This coming week I will be lecturing about Main Street, a National Trust for Historic Preservation initiative that began in the 1970s as a way to help preserve historic downtowns throughout America in communities of every size. This was in the era when suburban shopping malls had become the centerpiece of American life, drawing attention and dollars away from the smaller shops and services of the old downtowns. Continue Reading
Everybody loves them some locktender’s houses
One of the interesting facts about the heritage conservation field is that it does not track neatly with political persuasions. My first day of work in 1983 saw the legislation creating the first national heritage area co-sponsored by every single member of the Illinois Congressional delegation, bar none. Imagine. Continue Reading
Lockport, Illinois, part of the I & M Canal National Heritage Corridor
The first of two blogs on my plan to transform the statutory and philanthropic foundations of heritage conservation. Today we deal with the statutory in the United States…
As I prepare to move on from Global Heritage Fund after three years, I am committed more than ever to the transformation of the field of heritage conservation. In the distant past, heritage conservation was a curatorial activity that sanctioned and even encouraged the removal of physical – and intangible – artifacts from our economic everyday in order to conserve them as if under a bell jar. But, as I demonstrated in my dissertation, that approach began to die as historic preservation (in the U.S.) and heritage conservation (everywhere else) were infused with community-based activism and organization in the 1960s. I had the good fortune of coming into the field during the creation of the first heritage area in the U.S. 32 years ago. Continue Reading
I was re-reading one of my blogs from nine years ago (430 posts now – I guess I am about consistency and endurance whether I like it or not) and was struck (again) by my (consistent) non-ideological approach to heritage conservation. That blog “Heresy and Apostasy” basically took to task the concept that preservation had some kind of ideological purity and that those who didn’t try to save absolutely everything all the time were not “true” preservationists.
I recalled my youth in the field, when I did come close to that position, but it was never one I was completely comfortable with. First, ideologies sit outside of history and thus fail all tests of time. Second and more to the point, I began my career working on a heritage area – the first in the U.S. – and the goals there were historic preservation, natural area preservation, recreation, and economic development. Preservation was part of planning for the future. Preservation was a wise economic decision, especially in a post-industrial economy. Continue Reading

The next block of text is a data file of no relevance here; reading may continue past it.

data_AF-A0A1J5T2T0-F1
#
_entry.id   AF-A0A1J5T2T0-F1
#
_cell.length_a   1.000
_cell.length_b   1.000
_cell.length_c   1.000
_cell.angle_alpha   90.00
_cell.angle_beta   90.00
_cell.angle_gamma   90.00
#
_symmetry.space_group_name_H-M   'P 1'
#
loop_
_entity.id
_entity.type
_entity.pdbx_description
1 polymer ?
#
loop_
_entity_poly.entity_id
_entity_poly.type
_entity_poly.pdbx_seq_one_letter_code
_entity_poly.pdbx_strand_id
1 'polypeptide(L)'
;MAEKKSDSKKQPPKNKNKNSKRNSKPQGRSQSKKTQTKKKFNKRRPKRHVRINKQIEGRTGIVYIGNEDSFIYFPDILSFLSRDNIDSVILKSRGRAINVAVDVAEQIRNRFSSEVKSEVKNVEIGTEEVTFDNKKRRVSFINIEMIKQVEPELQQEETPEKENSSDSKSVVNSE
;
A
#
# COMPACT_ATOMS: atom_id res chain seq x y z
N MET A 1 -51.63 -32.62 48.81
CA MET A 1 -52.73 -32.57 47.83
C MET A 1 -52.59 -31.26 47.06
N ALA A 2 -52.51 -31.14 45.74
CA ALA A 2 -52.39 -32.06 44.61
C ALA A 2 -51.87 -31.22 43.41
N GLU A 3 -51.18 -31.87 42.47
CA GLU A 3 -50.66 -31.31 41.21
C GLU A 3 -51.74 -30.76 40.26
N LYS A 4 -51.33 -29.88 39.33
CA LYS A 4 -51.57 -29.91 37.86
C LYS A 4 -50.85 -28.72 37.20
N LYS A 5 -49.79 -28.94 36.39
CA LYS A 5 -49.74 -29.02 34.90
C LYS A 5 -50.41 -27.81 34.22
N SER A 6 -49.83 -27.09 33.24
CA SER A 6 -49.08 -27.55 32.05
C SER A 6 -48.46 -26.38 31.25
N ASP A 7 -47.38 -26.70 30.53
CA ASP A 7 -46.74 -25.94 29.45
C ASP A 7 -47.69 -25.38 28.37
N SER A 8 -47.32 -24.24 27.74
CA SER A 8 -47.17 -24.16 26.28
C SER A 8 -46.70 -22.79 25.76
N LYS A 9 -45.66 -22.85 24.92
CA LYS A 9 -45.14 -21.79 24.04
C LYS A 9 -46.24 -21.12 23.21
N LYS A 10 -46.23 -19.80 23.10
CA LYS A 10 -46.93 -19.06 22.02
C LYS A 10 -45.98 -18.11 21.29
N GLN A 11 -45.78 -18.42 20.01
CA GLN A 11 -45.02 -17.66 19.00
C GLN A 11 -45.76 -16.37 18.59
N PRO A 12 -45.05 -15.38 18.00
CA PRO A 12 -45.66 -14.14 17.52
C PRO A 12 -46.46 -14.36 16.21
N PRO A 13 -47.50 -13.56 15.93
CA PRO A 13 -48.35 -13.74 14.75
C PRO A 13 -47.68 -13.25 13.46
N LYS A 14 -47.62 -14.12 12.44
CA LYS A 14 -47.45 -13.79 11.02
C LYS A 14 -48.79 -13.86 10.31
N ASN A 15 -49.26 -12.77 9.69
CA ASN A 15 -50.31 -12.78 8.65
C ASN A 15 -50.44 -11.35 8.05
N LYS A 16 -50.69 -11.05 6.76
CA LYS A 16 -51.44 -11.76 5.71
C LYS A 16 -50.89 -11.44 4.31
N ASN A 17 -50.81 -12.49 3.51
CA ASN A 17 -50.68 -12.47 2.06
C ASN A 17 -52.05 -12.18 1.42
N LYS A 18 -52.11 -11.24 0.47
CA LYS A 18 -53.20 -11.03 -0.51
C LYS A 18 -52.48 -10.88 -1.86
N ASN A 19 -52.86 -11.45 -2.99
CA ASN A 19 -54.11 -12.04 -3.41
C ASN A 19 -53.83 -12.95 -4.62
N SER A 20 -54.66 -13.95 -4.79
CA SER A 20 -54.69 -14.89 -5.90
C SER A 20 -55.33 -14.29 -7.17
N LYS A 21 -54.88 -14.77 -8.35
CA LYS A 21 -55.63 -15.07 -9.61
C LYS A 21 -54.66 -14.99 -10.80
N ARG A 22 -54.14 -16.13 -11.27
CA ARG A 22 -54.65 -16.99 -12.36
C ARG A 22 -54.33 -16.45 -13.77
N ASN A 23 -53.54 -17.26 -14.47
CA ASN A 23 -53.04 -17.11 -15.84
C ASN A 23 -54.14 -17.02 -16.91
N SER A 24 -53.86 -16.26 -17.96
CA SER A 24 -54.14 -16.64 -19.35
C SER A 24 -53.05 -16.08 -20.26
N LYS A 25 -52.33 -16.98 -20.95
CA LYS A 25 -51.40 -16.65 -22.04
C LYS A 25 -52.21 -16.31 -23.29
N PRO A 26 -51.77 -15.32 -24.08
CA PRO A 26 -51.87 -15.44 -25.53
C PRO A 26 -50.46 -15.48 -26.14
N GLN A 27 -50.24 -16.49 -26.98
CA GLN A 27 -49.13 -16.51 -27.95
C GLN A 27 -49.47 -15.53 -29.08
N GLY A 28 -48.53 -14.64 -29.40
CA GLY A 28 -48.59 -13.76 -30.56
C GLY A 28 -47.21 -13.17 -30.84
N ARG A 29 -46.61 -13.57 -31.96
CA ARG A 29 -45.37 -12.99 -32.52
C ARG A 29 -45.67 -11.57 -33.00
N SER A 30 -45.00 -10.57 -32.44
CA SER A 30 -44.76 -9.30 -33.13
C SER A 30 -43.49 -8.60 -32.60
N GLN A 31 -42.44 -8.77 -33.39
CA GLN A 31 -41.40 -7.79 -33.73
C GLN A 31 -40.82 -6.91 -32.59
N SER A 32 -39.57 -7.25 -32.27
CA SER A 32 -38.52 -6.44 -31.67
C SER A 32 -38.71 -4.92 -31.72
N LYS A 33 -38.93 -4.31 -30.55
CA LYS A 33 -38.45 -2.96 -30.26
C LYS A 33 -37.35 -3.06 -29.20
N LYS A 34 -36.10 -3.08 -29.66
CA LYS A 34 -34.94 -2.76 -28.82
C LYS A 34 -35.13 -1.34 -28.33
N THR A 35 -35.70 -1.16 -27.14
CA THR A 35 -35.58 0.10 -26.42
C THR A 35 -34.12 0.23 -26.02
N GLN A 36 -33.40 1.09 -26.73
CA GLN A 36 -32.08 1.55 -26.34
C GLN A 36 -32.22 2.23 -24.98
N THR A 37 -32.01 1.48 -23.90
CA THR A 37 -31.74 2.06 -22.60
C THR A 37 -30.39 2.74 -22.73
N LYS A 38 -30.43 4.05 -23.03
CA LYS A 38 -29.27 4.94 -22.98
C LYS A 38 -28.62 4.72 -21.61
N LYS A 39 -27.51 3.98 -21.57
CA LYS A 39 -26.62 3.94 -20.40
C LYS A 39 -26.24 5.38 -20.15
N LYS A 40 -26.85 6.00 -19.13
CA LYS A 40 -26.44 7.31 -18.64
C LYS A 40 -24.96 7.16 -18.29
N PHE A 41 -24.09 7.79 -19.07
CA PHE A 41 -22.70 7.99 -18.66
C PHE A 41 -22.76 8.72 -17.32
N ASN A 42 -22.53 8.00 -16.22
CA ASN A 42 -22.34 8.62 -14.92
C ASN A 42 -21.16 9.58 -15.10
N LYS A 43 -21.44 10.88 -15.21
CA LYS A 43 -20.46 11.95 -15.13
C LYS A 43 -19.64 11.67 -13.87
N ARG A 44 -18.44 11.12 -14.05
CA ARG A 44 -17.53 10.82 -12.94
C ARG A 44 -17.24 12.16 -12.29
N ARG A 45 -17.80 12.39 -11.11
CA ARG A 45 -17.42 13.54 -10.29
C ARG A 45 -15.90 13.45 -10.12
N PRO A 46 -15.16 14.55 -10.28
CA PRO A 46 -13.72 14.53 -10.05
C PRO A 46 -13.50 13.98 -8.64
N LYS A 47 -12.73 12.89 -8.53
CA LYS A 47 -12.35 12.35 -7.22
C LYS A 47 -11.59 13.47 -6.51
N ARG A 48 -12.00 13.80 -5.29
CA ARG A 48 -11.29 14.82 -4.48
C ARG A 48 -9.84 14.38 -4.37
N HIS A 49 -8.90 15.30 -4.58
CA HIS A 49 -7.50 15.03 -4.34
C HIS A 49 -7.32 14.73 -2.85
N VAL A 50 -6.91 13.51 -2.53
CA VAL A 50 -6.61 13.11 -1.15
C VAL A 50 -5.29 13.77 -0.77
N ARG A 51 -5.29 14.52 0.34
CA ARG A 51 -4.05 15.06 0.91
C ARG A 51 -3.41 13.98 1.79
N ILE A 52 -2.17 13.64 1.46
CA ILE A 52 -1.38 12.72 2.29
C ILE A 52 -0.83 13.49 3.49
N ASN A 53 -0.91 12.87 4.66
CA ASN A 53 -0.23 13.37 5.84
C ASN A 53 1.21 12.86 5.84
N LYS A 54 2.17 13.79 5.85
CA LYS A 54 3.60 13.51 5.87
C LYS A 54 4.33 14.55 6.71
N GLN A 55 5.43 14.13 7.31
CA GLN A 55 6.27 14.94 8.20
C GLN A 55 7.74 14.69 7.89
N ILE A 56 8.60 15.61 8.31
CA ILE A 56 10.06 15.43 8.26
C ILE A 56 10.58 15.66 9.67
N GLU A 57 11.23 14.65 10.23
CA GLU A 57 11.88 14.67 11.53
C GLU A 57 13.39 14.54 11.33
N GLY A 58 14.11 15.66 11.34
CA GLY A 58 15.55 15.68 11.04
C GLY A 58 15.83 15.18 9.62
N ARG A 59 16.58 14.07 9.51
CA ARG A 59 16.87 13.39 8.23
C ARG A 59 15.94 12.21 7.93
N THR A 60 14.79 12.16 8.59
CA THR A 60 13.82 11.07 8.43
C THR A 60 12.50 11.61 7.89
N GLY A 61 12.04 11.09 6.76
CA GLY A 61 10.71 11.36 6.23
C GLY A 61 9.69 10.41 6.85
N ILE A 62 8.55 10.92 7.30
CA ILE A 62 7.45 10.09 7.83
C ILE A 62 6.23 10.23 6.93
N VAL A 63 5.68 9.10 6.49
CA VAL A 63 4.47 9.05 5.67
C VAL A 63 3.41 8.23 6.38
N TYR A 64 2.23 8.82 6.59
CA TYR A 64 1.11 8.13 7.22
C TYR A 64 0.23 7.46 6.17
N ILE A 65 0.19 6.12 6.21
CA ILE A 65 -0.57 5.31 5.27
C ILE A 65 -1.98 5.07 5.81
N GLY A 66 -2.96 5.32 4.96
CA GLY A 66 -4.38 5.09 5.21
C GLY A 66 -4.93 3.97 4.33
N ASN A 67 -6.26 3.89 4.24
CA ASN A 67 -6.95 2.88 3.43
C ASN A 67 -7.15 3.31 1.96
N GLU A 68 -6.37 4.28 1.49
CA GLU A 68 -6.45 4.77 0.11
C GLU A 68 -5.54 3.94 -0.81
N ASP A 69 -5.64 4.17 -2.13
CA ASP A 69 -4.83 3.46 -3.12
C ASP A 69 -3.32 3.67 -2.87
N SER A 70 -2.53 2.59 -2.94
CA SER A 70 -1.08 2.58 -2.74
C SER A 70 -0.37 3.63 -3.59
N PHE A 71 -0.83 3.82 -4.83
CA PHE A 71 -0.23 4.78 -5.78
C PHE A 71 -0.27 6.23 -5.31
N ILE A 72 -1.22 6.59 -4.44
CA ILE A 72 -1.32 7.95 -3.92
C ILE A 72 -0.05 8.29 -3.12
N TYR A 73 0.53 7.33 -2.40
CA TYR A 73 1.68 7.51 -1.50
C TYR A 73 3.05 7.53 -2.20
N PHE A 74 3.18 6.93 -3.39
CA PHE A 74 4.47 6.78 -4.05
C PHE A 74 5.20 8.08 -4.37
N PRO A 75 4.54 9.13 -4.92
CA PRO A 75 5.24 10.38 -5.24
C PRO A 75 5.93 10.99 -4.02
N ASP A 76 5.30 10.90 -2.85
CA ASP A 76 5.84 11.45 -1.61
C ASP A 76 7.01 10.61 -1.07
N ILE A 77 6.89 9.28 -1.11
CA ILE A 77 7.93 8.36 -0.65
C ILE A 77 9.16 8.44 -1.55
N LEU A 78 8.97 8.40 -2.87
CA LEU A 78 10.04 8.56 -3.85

Dude is starting a fire with flint and steel on a real island in Illinois
For thirty years I gave tours of the Illinois and Michigan Canal National Heritage Corridor outside Chicago and talked about the earliest European history of the area, which was the French trade, the couriers de bois who paddled through the wilds of the upper Midwest from Montreal in search of one thing: beaver pelts. Why? To make fancy top hats for the European upper class. Continue Reading
we could all use some of this
That blog also delved into the 41-year history of World Heritage, which includes both cultural, natural and “mixed” sites. I detailed how we had shifted in heritage conservation from iconic and monumental singular sites to broader cultural landscapes. In recent discussions with conservation foundations, I am sensing a new confluence of heritage conservation and natural conservation as both approaches are moving into the arena of cultural landscapes. Continue Reading
Pingyao, a city core we have been working in since 2008
The World Bank recently published a book called “The Economics of Uniqueness: Investing in Historic City Cores and Cultural Assets for Sustainable Development.” which is an intriguing title given our work at the Global Heritage Fund, since it pretty much defines a key feature of our mission: saving heritage sites and making them work economically for local communities in developing countries.
The report includes contributions by Christian Ost, an acknowledged leader in the economics of historic cities, and the award-winning Donovan Rypkema, both members of our Senior Advisory Board. More than simply touting the various types of economic benefit brought to communities by heritage conservation (jobs, land value, tourism, etc.) the report actually focus on the strategy and process of heritage conservation. This is key. At Global Heritage Fund we talk about our Preservation by Design® methodology combining scientific conservation, planning, partnerships and community development. You can only sustain a heritage resource if the community is involved in, and benefits from, its conservation. That way you have a multigenerational conservation strategy. Continue Reading
Last Saturday, Irena Bakova, Director-General of UNESCO, was in Chicago for a meet-and-greet with local heritage conservation professionals, and last night ICOMOS Director Gustavo Araoz spoke as part of the Chicago Modern: More Than Mies series, presented by the Save Prentice Coalition of AIA Chicago, docomomo Midwest, Landmarks Illinois, The National Trust for Historic Preservation and Preservation Chicago. Both talked about Chicago’s singular architectural legacy and suggested that Chicago would be an ideal World Heritage city. Continue Reading